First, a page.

The metrics that matter depend on where you sit, but collecting metrics is an essential part of localization operations because it helps team prove their worth. Localizers love to look at word counts, turnaround times, and project completions while upper management wants to see impact-specific metrics related to growth and cost ratios. Be prepared to "translate" departmental metrics into the language of executives.


Technology is an essential component of any multilingual communications program. CAT tools remain the most impactful apps in the tech stack and are useful even for those not doing the translating. They're also essential for terminology management.

Organizations' tech stacks depend heavily on the type of content they produce and may include content management systems, content authoring tools, learning management systems, translation management systems, QA tools, and interpreting technologies. Ideally, there is interoperability and integration between systems, allowing automation and efficiency gains. Many companies have engineers that work on integrating and enhancing off-the-shelf tools.

Prioritization in technology choices will depend on factors like time-to-market, costs, scalability, and UX goals. And it may seem obvious, but think twice about using raw machine translation, like output from Google Translate.

Linguistic and Cultural Considerations

Remember that translation is just one part of localization. Localized content, which takes cultural norms into consideration, gives audiences a more "native" experience. A global mindset in content development is essential. Remember that not everybody understands American baseball references, for example. Have local, native-speakers review finished products to make sure they resonate and make sense, both linguistically and culturally.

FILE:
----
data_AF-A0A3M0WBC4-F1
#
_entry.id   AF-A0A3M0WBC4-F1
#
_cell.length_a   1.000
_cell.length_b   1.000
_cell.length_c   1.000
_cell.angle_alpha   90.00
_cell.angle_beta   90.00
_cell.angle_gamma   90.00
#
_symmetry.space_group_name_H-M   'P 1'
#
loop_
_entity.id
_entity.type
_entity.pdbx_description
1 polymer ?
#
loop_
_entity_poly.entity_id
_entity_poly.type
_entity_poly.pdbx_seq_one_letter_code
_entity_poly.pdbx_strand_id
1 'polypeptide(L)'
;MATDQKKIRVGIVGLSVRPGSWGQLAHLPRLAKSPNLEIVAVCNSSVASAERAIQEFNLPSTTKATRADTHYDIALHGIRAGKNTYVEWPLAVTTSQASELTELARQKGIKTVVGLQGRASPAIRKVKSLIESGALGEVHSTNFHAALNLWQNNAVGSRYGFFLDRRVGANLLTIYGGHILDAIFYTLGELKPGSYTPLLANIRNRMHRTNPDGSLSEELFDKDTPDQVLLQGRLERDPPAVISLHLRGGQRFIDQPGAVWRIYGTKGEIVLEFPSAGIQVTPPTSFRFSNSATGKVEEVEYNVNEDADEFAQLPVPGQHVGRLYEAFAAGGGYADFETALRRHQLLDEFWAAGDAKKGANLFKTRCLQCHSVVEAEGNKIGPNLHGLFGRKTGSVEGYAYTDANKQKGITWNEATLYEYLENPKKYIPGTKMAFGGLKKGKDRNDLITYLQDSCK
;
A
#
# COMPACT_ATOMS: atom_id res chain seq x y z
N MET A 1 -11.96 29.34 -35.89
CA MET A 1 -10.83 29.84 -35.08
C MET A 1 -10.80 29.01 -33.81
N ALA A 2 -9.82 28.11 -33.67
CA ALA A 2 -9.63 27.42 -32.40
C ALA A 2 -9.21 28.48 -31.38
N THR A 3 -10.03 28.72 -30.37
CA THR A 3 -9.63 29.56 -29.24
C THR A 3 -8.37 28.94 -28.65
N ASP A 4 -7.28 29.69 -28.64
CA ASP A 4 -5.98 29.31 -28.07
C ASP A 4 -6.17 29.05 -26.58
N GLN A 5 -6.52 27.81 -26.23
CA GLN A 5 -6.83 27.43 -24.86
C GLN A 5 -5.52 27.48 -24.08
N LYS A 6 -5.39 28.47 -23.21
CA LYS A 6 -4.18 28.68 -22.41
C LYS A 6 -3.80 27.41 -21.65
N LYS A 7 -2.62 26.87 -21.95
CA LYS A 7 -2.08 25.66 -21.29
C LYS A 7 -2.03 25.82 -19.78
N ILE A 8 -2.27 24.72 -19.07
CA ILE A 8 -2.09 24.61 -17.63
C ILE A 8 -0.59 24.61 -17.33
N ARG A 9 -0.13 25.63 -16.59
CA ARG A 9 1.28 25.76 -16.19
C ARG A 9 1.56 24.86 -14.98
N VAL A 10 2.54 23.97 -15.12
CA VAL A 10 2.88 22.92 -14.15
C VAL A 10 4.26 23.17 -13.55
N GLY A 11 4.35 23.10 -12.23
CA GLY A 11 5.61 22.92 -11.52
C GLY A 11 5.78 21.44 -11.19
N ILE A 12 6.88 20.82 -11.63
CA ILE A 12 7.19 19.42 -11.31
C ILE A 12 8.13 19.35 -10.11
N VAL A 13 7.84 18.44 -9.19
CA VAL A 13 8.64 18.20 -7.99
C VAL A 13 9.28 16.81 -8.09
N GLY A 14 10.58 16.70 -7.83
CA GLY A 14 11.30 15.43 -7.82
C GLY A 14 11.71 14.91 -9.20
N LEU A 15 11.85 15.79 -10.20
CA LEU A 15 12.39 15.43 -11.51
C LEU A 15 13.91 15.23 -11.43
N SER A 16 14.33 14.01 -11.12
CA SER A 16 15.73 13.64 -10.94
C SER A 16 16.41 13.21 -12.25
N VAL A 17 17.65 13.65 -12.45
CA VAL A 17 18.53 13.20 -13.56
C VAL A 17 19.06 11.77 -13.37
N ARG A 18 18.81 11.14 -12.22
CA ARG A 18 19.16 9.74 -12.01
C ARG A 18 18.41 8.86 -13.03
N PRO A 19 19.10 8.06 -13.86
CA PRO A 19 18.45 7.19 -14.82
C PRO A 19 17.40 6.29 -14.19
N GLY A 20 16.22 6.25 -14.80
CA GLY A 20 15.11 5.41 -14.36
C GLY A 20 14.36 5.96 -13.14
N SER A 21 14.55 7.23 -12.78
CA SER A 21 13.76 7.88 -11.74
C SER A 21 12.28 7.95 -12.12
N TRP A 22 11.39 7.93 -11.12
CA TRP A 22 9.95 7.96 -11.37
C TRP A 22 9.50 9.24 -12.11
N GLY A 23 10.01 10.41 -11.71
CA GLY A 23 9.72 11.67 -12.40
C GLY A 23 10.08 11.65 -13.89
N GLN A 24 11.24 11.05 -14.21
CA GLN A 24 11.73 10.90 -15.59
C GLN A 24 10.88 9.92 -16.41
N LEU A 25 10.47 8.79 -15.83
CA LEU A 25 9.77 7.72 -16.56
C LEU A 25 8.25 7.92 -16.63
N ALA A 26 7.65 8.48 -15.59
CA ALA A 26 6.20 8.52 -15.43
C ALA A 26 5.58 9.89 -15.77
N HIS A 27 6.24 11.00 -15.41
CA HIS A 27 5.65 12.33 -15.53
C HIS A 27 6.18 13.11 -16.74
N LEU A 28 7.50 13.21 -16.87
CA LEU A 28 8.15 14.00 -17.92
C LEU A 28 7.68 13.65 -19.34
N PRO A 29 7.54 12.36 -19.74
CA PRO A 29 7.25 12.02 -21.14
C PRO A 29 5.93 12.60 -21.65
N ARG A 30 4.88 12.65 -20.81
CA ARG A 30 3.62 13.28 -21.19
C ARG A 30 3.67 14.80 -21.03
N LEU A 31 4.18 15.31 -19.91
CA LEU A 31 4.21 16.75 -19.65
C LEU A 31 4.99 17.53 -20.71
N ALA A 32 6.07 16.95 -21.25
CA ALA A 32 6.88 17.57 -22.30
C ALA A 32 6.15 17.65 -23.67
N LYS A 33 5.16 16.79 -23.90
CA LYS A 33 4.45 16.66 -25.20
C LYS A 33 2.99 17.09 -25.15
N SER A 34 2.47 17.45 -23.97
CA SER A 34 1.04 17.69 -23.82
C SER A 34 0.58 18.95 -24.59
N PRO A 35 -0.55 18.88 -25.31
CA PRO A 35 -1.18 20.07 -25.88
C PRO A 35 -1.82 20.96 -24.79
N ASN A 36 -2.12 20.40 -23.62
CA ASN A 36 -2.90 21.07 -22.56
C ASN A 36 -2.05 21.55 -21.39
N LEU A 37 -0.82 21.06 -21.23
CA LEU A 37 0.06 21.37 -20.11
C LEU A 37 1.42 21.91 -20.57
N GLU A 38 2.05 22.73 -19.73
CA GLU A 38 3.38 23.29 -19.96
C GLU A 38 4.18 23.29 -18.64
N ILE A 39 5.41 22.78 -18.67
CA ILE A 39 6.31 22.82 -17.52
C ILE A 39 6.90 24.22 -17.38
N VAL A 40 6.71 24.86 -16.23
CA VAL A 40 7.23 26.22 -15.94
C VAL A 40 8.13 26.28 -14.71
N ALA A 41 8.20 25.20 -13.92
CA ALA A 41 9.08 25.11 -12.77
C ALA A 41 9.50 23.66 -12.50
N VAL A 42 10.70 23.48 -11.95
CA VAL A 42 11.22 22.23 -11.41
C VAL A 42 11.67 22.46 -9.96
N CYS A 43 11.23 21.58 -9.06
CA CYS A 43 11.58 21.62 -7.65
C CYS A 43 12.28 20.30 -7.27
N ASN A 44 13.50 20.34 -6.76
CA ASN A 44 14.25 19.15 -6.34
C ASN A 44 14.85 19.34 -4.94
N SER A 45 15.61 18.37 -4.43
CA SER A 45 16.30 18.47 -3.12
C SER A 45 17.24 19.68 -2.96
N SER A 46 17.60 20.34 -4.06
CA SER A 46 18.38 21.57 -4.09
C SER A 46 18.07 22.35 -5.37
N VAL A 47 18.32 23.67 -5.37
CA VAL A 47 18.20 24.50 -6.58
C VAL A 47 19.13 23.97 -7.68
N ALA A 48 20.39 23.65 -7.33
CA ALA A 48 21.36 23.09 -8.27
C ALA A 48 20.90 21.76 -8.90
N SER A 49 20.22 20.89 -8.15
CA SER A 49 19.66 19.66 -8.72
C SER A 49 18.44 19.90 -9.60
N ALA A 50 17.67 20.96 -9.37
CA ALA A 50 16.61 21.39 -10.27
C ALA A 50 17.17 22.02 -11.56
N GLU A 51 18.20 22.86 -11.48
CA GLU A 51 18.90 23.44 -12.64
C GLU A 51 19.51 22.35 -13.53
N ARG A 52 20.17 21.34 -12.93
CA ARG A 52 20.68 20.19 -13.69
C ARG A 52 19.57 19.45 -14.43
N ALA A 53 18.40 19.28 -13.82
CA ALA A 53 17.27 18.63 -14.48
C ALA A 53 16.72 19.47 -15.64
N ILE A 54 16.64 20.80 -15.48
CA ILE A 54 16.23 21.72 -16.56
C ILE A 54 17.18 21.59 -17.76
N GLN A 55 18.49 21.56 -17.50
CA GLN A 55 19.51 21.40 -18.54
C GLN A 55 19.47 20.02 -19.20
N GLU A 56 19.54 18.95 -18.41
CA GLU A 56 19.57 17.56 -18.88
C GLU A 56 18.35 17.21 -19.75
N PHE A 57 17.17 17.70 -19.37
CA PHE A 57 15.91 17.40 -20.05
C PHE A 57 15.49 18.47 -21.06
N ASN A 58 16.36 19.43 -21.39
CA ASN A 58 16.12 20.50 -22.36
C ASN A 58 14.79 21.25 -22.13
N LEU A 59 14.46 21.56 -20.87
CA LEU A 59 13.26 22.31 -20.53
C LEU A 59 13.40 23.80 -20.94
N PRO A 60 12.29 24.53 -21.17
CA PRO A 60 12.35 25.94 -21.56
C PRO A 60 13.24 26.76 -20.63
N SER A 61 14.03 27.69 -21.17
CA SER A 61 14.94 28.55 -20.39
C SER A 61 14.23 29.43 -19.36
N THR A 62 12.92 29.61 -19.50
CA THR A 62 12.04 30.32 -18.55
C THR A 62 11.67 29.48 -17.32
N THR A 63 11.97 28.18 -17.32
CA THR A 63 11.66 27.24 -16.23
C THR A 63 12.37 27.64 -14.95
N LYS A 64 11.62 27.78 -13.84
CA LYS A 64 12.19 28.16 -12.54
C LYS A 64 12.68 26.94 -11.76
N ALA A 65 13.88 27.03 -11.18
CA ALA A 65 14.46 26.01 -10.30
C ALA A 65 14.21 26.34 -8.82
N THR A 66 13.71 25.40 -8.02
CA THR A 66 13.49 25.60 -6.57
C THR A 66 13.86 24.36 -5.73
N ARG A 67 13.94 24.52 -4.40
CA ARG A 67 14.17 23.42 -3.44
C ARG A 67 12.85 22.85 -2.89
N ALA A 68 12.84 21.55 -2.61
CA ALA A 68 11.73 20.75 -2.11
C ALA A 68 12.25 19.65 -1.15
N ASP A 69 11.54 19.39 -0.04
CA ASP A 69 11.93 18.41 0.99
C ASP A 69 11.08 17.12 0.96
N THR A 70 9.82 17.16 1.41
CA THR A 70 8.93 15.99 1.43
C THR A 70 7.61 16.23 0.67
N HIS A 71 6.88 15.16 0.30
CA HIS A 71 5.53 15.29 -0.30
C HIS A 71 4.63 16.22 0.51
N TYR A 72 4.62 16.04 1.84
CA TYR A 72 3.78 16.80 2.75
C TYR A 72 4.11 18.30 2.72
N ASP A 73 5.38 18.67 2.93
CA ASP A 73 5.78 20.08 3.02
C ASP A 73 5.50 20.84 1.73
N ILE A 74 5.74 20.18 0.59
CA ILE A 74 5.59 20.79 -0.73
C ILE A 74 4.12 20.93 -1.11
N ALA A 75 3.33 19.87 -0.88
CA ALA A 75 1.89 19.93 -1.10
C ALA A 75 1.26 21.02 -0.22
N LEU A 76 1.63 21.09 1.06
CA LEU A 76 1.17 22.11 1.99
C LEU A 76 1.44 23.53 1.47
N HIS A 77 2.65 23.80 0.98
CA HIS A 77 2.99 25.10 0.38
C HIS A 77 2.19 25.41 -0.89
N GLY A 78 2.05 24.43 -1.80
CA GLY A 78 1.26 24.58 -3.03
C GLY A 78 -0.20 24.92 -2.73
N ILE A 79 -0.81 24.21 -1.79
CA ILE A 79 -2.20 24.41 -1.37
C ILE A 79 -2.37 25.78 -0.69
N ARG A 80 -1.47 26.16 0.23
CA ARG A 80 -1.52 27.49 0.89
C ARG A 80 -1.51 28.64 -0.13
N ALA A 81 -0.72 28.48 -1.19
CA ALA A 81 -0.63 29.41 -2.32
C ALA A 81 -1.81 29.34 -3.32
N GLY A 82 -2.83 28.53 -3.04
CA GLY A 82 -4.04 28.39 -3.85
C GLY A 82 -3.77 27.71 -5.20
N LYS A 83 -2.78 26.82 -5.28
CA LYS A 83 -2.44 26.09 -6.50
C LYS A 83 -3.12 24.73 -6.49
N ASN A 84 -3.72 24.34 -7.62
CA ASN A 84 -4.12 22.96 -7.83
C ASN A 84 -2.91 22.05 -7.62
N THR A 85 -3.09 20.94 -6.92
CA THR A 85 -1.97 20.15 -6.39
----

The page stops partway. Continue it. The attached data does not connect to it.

Always consider the meaning and intent of content, take cultural relevance and sensitivity seriously, and understand local and regional differences in target audiences.

Internationalization, a concept of global readiness, is another important consideration, especially for content creators and software engineers. Conventions for dates, temperatures, times, seasons, and currencies all change across cultures. Furthermore, text expansion (e.g., English to German) and the use of bidirectional languages will impact design and layout. 

Finally, consider trends in inclusive language. This is an emerging area in the global language industry and should be followed closely. (GALA will be launching a SIG on this topic soon.)


Leaders of multilingual communications programs need to be excellent listeners, collaborators, and influencers. They should be advocates for multilingual audiences and promote a global mindset within their teams and organizations. Finally, they should know their value and be able to convey it clearly to key stakeholders in terms they understand so that multilingual is considered a value-add, not a cost-center.


If you're ready to take a deep dive, look at the Globalization Strategy Playbook, which was the basis for this presentation and which goes much deeper into each area. It is an excellent resource written by talented, experienced, and respected industry professionals, many of them GALA members. 

Special thanks to our association and nonprofit members who spoke with us and let us use their video snippets in our presentation at ASAE:  Dorota Juska-Fairbanks (PADI), Anna Berns (Khan Academy), Mindy Marks (Lions Clubs International), Serge Ansar (International Baccalaureate), and Erica Goldberg (Million Dollar Round Table).